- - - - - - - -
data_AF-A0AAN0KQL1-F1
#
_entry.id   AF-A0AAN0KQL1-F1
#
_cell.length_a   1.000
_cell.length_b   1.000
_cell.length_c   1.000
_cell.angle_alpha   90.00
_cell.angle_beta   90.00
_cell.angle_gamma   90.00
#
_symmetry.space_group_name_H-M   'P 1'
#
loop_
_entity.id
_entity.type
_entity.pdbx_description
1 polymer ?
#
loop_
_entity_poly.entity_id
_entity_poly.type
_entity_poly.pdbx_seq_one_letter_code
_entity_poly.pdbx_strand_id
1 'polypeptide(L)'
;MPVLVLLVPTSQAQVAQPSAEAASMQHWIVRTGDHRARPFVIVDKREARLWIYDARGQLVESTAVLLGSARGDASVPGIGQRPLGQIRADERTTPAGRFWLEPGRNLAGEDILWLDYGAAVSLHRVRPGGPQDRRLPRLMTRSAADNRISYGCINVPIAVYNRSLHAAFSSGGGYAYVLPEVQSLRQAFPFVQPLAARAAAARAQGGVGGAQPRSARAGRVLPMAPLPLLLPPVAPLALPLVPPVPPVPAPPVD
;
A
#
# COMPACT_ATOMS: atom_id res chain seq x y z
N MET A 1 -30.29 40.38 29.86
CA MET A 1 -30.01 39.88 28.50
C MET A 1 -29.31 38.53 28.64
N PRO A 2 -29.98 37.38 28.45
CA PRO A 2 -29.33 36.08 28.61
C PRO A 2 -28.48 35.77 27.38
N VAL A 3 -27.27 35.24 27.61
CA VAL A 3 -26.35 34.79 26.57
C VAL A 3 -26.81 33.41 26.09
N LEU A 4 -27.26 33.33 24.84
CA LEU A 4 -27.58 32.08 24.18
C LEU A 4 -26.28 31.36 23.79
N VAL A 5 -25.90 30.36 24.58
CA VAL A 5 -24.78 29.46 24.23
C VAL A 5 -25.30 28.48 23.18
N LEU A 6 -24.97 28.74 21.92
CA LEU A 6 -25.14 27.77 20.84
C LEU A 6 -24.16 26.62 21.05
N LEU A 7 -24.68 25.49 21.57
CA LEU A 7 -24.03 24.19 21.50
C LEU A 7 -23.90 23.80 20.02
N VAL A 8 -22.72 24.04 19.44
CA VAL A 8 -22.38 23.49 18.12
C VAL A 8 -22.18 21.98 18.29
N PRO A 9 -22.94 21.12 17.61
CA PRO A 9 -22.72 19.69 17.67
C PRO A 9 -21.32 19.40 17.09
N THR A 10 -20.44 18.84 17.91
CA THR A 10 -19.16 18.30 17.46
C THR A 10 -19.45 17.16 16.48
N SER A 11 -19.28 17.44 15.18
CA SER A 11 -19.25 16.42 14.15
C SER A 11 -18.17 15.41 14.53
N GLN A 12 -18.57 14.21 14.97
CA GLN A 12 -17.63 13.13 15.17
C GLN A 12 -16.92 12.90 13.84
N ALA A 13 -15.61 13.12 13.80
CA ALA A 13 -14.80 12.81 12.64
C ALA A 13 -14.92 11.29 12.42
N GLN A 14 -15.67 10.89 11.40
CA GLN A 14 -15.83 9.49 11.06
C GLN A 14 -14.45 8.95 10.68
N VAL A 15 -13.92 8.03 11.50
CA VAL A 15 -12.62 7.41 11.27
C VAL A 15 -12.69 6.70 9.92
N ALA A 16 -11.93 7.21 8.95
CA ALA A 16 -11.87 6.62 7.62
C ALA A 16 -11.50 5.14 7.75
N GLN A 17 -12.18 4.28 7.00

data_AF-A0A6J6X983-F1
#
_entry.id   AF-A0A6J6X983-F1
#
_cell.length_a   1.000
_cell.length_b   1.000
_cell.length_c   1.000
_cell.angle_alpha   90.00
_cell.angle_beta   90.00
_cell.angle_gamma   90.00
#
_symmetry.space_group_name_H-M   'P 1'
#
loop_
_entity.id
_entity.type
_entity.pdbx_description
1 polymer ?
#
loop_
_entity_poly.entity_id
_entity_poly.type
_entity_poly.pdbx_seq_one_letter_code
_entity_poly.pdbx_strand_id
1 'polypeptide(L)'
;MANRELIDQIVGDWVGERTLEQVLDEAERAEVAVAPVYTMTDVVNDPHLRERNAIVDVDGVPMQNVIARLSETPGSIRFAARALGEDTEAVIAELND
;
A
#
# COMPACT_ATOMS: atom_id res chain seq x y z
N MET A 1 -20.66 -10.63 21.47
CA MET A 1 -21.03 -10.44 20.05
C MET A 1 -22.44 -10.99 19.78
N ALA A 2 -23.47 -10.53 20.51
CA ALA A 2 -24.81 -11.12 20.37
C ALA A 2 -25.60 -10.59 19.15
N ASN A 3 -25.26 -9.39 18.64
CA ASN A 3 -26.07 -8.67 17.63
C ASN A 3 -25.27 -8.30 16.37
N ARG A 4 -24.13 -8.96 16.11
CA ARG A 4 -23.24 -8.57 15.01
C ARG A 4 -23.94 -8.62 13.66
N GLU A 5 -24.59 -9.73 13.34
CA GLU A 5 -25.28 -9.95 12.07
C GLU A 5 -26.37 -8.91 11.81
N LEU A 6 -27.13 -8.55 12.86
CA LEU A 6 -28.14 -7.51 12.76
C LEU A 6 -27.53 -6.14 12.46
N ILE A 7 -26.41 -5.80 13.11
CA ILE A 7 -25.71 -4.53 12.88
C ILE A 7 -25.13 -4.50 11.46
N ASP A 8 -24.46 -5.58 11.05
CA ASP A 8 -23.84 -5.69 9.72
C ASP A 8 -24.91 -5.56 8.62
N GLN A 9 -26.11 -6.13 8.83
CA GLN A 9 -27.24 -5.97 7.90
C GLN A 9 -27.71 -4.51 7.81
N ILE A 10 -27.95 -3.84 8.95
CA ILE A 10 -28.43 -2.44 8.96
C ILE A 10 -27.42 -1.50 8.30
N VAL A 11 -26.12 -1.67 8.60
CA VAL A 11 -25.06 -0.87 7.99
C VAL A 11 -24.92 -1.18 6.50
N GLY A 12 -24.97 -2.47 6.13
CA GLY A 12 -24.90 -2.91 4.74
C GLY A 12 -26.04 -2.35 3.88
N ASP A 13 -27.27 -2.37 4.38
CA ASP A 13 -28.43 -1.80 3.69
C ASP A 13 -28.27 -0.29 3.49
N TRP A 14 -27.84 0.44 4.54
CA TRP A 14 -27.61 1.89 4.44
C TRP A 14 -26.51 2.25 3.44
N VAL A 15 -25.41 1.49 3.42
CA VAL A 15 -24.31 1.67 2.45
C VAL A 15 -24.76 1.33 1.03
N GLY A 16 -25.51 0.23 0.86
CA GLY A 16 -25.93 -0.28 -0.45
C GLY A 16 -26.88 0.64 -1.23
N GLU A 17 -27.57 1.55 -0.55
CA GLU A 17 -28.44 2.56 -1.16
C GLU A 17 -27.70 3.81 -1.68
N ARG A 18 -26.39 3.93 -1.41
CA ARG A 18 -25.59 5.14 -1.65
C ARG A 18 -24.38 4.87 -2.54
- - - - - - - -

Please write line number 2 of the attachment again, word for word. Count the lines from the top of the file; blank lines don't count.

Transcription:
#